American-born British actor and comedian, Rhashan Stone is a classically trained singer, musician and composer, and also works occasionally as a playwright.

He has now joined the cast of All About Eve in the role as Lloyd Richards, in another NT Live production, ahead of their 10th Birthday in June.

All About Eve is adapted by Ivo van Hove from the 1950 Twentieth Century Fox film by Joseph L Mankiewicz and the play “The Wisdom of Eve” by Mary Orr. Ivo van Hove directs this new stage version with set and lighting design from Jan Versweyveld, costume design by An D’Huys and music from double Mercury Prize-winner PJ Harvey.

The play tells the story of Margo Channing, a true star of the theatre. The spotlight is hers, always has been. But now there’s Eve. Her biggest fan. Young, beautiful Eve – the golden girl, the girl next door.
Lifting the curtain on a world of jealousy and ambition, this new production, from one of the world’s most innovative theatre directors, Ivo van Hove addresses our fascination with celebrity, youth and identity.

All About Eve is such a relevant piece – when it was written, society had such an obsession with celebrity, and it would appear that nothing has changed.
What was the appeal for you to be apart of this production?
Rhashan:
“The relevance of the play is so important. Although the production is a timeless production, and you are not sure what period you are in, it has a very classic feel to it; the costumes, the set and the lighting, make it feel very glamorous and of its time.”
What you do realize, in this modern age, is that it is becoming more and more difficult to be a true star. Back in the day, the arrival of say someone like Michael Jackson, would bring whole countries to a stand still. Now because the internet has made everything so accessible, we have hugely famous people, but we don’t really have that many true stars. So I think people really enjoy coming to the theatre and just believe that this person they are seeing, Margot Channing, is a true star in the old school sense of the word. There is something so glamorous and pleasing for audiences.”

It is nice to go back to an era where that is pure; where the person with that stardom is untouchable. Now everyone who is everyone is a celebrity.

Rhashan:

“What is nice in the play is the way people talk about Margot, the leading actress, that she is really good. That is what really pops out in the show. We have so many audiences of different ages. But it is this idea that it is someone who has a tangible skill. She is an actress in the theatre and people love her because of what she can do. It does belong to an era that has passed.”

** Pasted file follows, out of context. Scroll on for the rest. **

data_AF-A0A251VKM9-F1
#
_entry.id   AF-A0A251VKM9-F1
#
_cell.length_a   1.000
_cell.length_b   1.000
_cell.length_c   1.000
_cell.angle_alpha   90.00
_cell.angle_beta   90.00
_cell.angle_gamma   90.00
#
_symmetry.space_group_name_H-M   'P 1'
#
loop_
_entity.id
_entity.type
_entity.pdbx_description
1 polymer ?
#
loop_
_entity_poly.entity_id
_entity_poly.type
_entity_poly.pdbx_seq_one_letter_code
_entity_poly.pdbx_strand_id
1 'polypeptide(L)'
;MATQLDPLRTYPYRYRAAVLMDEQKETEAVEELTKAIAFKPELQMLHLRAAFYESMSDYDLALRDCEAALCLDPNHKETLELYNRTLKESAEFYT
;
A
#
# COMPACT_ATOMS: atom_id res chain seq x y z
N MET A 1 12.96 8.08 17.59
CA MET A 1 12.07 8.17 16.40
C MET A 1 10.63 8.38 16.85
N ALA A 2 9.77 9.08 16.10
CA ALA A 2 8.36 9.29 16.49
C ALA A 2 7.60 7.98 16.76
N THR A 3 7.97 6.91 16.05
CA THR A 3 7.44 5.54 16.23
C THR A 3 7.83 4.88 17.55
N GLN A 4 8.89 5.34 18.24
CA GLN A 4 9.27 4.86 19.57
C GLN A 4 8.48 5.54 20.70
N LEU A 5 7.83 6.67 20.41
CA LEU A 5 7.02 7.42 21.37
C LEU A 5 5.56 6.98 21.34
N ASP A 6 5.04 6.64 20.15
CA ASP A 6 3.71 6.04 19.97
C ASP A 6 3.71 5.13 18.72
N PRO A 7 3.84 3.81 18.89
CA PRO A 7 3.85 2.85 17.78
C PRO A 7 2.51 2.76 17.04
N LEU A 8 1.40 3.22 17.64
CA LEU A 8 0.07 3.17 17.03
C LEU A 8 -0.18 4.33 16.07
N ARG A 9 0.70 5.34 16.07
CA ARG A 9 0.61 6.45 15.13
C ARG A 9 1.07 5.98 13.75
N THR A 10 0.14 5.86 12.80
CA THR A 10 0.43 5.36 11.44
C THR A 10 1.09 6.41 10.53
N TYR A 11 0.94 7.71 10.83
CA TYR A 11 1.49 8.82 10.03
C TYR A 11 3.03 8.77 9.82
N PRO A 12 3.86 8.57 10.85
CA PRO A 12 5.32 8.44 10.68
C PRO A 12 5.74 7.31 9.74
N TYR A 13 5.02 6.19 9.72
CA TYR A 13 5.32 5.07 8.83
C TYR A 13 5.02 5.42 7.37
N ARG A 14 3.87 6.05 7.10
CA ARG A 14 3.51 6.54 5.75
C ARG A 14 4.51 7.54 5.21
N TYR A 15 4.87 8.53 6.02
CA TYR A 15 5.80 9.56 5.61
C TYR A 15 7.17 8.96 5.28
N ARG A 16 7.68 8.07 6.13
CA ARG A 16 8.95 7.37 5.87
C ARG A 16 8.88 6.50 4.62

Talking about talent and skill, you do everything – is there anything you can’t do?
Rhashan:
“I was so lucky, because I went to a school where you could try anything; we had access to so many things. If you wanted to try sport, you could, if you wanted to play an instrument, they had an onsite orchestra who stored their instruments there. We were really encouraged to pick up things and try it and as a result I am the type of person who has his finger in so many pies. It started from a young age. I enjoy it all. I get to write, act, sing… I am very fortunate.”

Is there one skill that you prefer at all?
Rhashan :
“They are all very different. Some things are more cerebral, like the writing, and then on the opposite end, I love singing and it bypasses the brain. Together all the things I do make up one thing that I love. So if I had to choose one, I would miss the rest.”

NT LIVE mixes the film and theatre genres – how has this challenged you as an performer?
Rhashan:
“We are lucky as we have a lot of cameras in the production. The difficulties that we had, we had already overcome. So for example, there were scenes where myself and Monica Dolan, who plays my wife in the play, would start in an anti room on camera and then we would appear on stage, and so we would essentially transition from film onto stage, which is quite tricky. Now we have become used to it. So for NT Live our show lends itself well for what they are doing because so much of it is already filmed. We have learned to ignore the cameras and just carry on.”

This is a way to get people to almost go to theatre, or does it take away from that live experience?
Rhashan:
“I haven’t seen NT Live. Friends of mine have seen the show live in a theatre and then when it played at the movie theatre, they went to see it as well. They met people who didn’t see it in the theatre who remarked over how much they enjoyed it. My friends commented that the film version is just as good. The only thing you don’t get is the experience of going to a beautiful theatre, but they did say that they were just as gripped in the cinema as they were in the theatre.
I think being able to see the reactions up close in the cinema was remarkable for them.”

Do you have a favourtie scene in the show?
Rhashan:
“My favourite scene is the scene that is actually set in the theatre. I get a kick out of the fact that the audience is sitting in the theatre watching a show about the theatre. And then within that show there is scene where Margot is supposed to arrive and read in with Claudia Caswell and she is so busy having a long lunch that she doesn’t arrive in time. Because of this, Eve stands in and takes her place. There is something lovely about being on stage in the theatre for real, pretending that you are on stage in a play about the theatre.”

Gillian Anderson (X-Files, NT Live: A Streetcar Named Desire) and Lily James (Mamma Mia! Here We Go Again) lead in All About Eve, filmed live in London’s West End and broadcast to cinemas worldwide.

Further details on all upcoming NT Live screenings in SA are available via the NT Live website – www.ntlive.com